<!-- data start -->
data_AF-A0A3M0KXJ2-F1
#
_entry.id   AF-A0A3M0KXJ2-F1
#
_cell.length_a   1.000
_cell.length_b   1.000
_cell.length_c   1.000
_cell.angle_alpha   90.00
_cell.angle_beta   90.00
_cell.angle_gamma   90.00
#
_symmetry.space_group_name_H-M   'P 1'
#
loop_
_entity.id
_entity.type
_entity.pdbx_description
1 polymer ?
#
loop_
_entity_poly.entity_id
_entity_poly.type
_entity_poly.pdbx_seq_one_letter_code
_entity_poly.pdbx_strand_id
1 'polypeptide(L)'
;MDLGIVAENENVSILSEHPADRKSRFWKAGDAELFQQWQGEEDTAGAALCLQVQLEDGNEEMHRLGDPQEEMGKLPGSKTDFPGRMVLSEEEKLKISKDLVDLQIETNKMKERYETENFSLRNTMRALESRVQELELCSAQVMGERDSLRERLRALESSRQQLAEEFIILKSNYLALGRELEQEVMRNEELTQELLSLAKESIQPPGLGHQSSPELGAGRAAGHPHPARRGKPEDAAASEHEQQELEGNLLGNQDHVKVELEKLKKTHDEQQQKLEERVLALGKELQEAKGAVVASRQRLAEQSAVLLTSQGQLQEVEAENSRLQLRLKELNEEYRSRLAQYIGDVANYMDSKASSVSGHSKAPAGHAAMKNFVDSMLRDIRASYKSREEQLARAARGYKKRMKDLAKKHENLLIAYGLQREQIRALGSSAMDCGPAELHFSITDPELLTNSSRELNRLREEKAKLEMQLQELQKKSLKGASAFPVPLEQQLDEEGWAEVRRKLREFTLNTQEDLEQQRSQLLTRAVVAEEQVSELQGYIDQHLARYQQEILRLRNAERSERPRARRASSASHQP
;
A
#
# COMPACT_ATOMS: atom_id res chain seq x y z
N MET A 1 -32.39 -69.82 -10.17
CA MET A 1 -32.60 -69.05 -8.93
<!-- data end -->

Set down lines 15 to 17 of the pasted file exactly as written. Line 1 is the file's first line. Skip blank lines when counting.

_entity.id
_entity.type
_entity.pdbx_description